and straightforward with the prime minister as well as his war cabinet as well as the cabinet.

And the fact of the matter is that Bibi and I had a long discussion. He agreed to do several things that related to, number one, getting more aid,

both food and medicine into Gaza, and reducing significantly the attempts - - the civilian casualties in any action taken in the region.

And thus far, and we -- and it's tied to the hostages. There are a number of hostages that are being held by Hamas. And just yesterday, we're meeting

with the vice president, our national security adviser before that, and then -- and our American hostages as well. And they know how committed we

are, the whole team, to getting their loved ones home. We're not going to stop until we do.

The new proposal on the table of Bill Burns led the effort to -- for us, we're grateful his work. There's a now up to Hamas. They need to move on

the proposal that's been made. And as I said, we get these hostages home where they belong, but also bring back a six-week ceasefire that we need

now. And the fact is that we're getting in somewhere in the last three days over 100 trucks. It's not enough, but needs to be more. And there's one

more opening that has to take place in the north.

So, we'll see what he does in terms of meeting the commitments he made to me.

UNIDENTIFIED FEMALE: This would be the last reporter.

UNIDENTIFIED FEMALE: Mr. Shimizu (ph), please.

SHIMIZU, NHK (ph): Thank you. Shimizu (ph) of NHK. I ask for the question to both of you. As Prime Minister Kishida mentioned, the abduction issue of

North Korea, I believe, was discussed.

Prime Minister, you have expressed your wish to have a direct engagement with Kim Jong-Un, but they say that abduction is already resolved, which

means that they are refusing. During the meeting, what did you tell President Biden about the outlook of a summit, and what engagement did you

ask President Biden?


President Biden, my question, what did you hear from Prime Minister Kishida, and what is your observation and feeling, your president, with the

nuclear missile issues? What is your position? Do you support early summit between Japan and North Korea? Thank you.

KISHIDA (through translator): First of all, if I may start. Regarding my summit meeting with President Biden about North Korea, including the

missile and nuclear issues, we have discussed and regarding the increasingly worrying situation, we have agreed to continue our close


And on top of that, we concurred that the window of discussion with North Korea is open, and we discussed that Japan, U.S. -- Japan, U.S., and ROK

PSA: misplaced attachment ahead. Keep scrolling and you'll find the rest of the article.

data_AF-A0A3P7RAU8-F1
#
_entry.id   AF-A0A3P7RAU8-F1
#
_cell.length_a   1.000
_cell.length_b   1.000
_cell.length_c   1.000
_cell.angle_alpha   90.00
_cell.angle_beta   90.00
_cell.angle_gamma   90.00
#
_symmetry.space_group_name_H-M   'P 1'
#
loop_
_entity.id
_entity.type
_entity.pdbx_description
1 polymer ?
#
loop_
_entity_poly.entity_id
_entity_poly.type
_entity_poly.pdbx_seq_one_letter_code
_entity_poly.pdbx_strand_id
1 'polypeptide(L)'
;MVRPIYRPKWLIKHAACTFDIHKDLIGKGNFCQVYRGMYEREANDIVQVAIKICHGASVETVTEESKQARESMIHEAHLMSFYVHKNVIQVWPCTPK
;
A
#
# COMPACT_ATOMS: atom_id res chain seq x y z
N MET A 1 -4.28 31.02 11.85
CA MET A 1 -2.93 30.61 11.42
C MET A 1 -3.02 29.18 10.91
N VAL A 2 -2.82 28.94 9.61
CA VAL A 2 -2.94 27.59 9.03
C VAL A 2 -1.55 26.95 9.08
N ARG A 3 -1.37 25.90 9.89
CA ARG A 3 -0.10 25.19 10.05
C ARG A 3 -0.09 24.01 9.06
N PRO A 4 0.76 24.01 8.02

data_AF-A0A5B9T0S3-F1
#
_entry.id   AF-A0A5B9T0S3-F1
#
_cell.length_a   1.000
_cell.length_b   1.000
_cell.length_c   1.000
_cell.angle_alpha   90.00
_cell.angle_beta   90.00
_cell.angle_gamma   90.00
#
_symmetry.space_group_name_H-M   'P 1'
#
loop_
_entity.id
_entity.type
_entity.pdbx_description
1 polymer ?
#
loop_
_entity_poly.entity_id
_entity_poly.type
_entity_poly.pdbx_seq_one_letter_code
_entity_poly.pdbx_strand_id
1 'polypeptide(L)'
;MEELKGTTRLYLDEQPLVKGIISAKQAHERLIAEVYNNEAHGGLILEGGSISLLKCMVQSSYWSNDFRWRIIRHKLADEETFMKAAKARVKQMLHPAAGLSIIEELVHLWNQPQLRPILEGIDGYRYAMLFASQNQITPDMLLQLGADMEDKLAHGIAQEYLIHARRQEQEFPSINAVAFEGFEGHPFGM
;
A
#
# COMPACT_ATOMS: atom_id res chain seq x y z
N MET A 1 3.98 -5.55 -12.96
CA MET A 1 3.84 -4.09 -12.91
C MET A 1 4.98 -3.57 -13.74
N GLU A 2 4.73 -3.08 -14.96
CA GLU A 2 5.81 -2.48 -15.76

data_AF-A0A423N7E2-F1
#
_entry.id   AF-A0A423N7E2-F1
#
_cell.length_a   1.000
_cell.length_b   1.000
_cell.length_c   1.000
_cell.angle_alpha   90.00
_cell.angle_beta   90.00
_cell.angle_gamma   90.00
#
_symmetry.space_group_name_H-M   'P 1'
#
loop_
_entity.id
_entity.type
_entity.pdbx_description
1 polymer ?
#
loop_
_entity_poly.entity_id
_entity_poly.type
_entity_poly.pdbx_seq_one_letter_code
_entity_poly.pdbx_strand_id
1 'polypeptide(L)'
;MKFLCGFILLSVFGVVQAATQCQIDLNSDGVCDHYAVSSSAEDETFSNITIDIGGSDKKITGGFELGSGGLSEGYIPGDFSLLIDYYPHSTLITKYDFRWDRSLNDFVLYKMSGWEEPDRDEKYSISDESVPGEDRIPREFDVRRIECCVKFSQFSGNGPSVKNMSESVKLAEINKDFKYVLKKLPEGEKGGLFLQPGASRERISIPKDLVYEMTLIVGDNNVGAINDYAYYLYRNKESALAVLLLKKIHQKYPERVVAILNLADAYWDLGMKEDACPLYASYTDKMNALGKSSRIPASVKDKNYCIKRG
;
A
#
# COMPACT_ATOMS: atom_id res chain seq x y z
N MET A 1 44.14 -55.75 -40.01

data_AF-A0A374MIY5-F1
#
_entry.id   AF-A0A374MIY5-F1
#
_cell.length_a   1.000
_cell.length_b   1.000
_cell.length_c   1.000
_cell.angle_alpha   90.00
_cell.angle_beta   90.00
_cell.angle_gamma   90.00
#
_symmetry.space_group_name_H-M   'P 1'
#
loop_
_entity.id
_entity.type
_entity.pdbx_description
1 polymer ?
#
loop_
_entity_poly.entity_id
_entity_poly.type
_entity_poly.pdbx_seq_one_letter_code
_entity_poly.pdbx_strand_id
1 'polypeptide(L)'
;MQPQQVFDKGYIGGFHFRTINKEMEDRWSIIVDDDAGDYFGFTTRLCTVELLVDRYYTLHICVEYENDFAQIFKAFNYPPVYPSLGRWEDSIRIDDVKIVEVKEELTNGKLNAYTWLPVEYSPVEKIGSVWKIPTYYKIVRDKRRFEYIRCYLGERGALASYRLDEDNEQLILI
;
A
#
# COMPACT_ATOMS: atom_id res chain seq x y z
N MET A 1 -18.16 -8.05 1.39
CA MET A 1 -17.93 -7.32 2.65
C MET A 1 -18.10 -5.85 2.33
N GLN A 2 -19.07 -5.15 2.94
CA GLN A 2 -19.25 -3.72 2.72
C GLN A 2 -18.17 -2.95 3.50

will continue to work closely together.

I also asked for the continued understanding and cooperation for the immediate resolution of the abduction issue. And President Biden, once

again, gave myself a very strong assurance regarding the recent announcement by North Korea.

I will refrain from commenting on each and every announcement by North Korea, but, as I have been mentioning repeatedly, based on the perspective

that the establishment of a meaningful relation between Japan and North Korea is in the interest of both Japan and North Korea, and that it would

be hugely beneficial to the peace and stability of the region.

My policy is to aim for a summit meeting with North Korea to resolve various issues and with advanced high-level consultation directly under my

instruction. And that remains unchanged. That is my response.

BIDEN: We did discuss this issue. We both agreed that DPRK must also address the serious human rights and humanitarian concerns of the

International Community, including the immediate resolution of the abduction issue.

Well, you know, the prime minister has just spoken to the potential of what his plans may mean. But I welcome the opportunity -- we welcome the

opportunity of our allies to initiate dialogue with the Democratic Republic of Korea.

So, I've said many times, we're open to dialogue ourselves at any time, without preconditions with the DPRK. So, I have faith in Japan, I have

faith in the prime minister, and I think we're seeking a dialogue with them is a good thing, it's a positive thing. Thank you.

Why didn't everybody holler once?

UNIDENTIFIED MALE: I'll ask you briefly. On the issue of abortion, sir, respectively, what do you say to the people of Arizona right now who are

witnessing a law going in place that dates back to the Civil War here?

BIDEN: Elect me. I'm in the 20th century -- 21st century. Not back then. There weren't even a state. I find --

UNIDENTIFIED MALE: Sir, how is the --

BIDEN: Thank you. Thank you all very much. Thank you.

UNIDENTIFIED FEMALE: This concludes the press conference.

BIDEN: The war in Ukraine comes by the House leader allowing a vote. There's overwhelming support for Ukraine among the majority of Democrats

and Republicans. There should be a vote now.

BRIANNA KEILAR, CNN ANCHOR: I will say there are a lot of topics that President Biden would like to talk about that there weren't even enough

questions allotted in what is called a two and two there. He took questions there about abortion and about Ukraine aid in addition to the critical

topics that he had to discuss there in the press conference as well. But he was saying that question about abortion in Arizona, elect me. I'm in the

20th century, but then he corrected himself to say the 21st century.

BORIS SANCHEZ, CNN ANCHOR: Yes. A lot of topics between President Biden and Prime Minister Kishida. The first question when it was opened up to

reporters was about inflation directed at President Biden.

Obviously, there's a new report showing that inflation remains stubbornly high, the president responding by touting things that his administration